Mukherjee said she thinks the report is "unbiased" and she felt heard through the process, but that documentation alone won't help.
"What if another child falls in the same situation? So unless the recommendations that they have made ... are implemented, and I see that the other children, other people of my community, they are seeing the benefits of this, I don't think we can say, 'Okay our job is done,'" she said. "My son is gone, I can never get him back, but ... I will do my best, whatever in my capacity I can to follow up so that whatever recommendations came from the coroner's review, that gets implemented, and at least no other child ever goes through this, and no other mother ever faces what I have been through."
The coroner's office called on the Ministry of Education to do several things including "implement standardized documentation requirements" through a policy directive so that school staff are required to record all decisions or interactions with students and families related to student conflicts or alleged bullying.
It also said school boards should have protocols for doing suicide risk assessments after a bullying report or incident and immediately notify parents of any conflict that involves their child before an investigation or any other action is taken.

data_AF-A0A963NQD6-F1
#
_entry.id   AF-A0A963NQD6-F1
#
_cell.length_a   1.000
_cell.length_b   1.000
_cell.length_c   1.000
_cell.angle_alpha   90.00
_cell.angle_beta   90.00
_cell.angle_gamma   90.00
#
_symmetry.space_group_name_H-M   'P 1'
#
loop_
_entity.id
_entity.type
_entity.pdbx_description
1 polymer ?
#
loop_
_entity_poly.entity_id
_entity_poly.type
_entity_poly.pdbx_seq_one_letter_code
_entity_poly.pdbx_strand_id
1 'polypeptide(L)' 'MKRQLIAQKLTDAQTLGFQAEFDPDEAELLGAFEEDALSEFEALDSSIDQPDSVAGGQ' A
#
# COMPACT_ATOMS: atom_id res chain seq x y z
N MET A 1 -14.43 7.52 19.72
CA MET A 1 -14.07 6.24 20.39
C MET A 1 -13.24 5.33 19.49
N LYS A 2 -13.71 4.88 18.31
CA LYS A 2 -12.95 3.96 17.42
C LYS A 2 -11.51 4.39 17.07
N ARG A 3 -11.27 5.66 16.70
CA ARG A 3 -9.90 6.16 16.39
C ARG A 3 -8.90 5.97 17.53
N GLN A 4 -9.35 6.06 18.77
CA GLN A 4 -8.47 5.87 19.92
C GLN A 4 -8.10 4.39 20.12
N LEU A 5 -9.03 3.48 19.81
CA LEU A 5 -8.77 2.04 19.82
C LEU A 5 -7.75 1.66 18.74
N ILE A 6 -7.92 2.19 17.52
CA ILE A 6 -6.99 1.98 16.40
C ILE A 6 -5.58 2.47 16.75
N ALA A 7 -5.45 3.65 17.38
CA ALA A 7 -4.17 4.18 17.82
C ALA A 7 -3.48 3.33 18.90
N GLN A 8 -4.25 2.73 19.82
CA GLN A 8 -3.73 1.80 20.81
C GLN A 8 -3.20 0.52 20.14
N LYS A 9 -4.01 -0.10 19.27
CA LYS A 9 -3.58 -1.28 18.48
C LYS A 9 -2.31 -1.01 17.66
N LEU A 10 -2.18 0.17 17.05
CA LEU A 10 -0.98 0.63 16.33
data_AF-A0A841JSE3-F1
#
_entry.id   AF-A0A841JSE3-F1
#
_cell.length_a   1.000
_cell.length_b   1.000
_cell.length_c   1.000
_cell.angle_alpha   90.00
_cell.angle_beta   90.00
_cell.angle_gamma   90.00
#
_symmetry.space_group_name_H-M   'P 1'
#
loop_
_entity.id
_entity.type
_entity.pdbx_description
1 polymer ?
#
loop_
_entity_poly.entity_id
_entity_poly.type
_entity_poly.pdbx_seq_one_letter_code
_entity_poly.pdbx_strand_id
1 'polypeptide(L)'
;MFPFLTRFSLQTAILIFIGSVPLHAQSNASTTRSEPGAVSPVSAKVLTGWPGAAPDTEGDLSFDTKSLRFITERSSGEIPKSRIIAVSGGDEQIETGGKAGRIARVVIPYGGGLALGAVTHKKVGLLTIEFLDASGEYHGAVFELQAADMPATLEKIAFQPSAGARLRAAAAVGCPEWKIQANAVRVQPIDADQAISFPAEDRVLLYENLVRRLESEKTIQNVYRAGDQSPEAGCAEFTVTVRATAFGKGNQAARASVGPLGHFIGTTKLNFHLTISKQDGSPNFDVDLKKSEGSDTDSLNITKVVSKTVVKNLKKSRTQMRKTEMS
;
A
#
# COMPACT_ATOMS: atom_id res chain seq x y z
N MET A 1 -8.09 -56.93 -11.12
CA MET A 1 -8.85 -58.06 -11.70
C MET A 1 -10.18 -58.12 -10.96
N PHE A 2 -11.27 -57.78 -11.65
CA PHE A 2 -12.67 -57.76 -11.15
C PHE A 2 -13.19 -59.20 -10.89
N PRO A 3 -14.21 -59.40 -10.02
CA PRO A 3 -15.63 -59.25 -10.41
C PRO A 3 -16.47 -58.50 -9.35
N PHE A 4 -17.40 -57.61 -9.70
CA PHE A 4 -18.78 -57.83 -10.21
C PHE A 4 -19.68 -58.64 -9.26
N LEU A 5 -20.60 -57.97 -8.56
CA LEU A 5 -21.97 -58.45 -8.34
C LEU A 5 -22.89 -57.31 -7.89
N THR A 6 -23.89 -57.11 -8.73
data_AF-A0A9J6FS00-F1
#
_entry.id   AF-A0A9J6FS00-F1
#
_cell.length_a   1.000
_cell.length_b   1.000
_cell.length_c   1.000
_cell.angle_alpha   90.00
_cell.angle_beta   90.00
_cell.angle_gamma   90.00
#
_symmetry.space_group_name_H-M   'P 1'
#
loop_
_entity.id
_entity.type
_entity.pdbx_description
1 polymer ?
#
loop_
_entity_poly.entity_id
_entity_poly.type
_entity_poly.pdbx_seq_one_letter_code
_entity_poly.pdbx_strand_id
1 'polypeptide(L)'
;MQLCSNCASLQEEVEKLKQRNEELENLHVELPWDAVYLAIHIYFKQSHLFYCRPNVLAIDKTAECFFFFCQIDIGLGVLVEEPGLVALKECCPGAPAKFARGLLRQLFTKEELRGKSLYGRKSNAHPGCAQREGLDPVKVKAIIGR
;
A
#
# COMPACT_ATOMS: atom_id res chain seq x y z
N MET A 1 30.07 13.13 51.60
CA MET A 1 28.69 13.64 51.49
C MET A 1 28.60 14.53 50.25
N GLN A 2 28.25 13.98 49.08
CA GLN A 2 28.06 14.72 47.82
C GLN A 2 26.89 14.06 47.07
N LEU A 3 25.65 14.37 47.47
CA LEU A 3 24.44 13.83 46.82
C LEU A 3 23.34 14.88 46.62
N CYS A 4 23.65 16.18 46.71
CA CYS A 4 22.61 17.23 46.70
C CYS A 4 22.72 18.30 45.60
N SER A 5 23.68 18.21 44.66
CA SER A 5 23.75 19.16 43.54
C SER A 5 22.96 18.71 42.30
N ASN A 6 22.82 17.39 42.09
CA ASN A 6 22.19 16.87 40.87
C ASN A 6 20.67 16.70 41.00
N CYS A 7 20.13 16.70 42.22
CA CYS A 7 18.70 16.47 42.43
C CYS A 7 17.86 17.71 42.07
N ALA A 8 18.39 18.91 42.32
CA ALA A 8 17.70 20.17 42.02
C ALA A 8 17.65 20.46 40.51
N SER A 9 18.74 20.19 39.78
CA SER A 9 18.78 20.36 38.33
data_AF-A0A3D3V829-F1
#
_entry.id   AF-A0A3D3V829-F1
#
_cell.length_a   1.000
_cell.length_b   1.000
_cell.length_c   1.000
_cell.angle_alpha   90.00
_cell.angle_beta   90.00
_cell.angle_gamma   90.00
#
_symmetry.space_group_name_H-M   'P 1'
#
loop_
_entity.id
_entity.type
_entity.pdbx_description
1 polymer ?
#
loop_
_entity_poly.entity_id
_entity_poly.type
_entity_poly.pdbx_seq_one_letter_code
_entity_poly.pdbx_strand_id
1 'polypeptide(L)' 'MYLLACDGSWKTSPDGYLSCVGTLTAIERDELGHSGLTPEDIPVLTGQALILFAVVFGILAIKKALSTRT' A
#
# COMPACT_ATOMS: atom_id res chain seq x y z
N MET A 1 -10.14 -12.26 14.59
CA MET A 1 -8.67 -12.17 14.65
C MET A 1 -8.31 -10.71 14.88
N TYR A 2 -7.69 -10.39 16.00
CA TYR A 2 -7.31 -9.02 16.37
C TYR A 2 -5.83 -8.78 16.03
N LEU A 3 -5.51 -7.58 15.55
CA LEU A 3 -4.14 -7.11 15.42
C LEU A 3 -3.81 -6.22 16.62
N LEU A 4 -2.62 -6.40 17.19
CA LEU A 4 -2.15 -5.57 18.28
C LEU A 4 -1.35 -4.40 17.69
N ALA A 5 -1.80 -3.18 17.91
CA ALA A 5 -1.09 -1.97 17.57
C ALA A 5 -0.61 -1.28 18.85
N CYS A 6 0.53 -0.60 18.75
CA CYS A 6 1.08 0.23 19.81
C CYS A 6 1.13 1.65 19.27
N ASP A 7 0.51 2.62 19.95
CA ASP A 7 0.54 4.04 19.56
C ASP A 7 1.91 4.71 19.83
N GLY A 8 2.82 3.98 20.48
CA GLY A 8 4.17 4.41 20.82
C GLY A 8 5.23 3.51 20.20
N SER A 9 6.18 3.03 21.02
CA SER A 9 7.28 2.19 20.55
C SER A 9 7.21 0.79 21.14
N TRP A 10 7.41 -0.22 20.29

"No parent should have to bury their child. The story of young Arka is tragic and a reminder of the trauma children can face, be it in school, at home, or in the community," said Caitlin Clark, Education Minister Stephen Lecce's spokesperson. "The ministry will review the recommendations within the report, and recommit ourselves to protecting children by countering all forms of bullying and discrimination and continuing to enhance mental health supports for students in need."
The coroner's office asked child welfare agencies to "implement a practice standard for conducting suicide risk assessments for any young persons with an open file who are known or believed to have been impacted by incident(s) of bullying."
It also said these agencies should review protocols to ensure staff can identify if a family has an open file and provide them with support, regardless of whether it falls within their mandate. The report said Mukherjee contacted an agency seeking support for bullying and the response was a "missed opportunity to look into the needs further and explore ways the agency could have supported the family."
Jayme Allen, press secretary for the Associate Minister of Children and Women’s Issues Jill Dunlop, thanked the coroner's office for its report.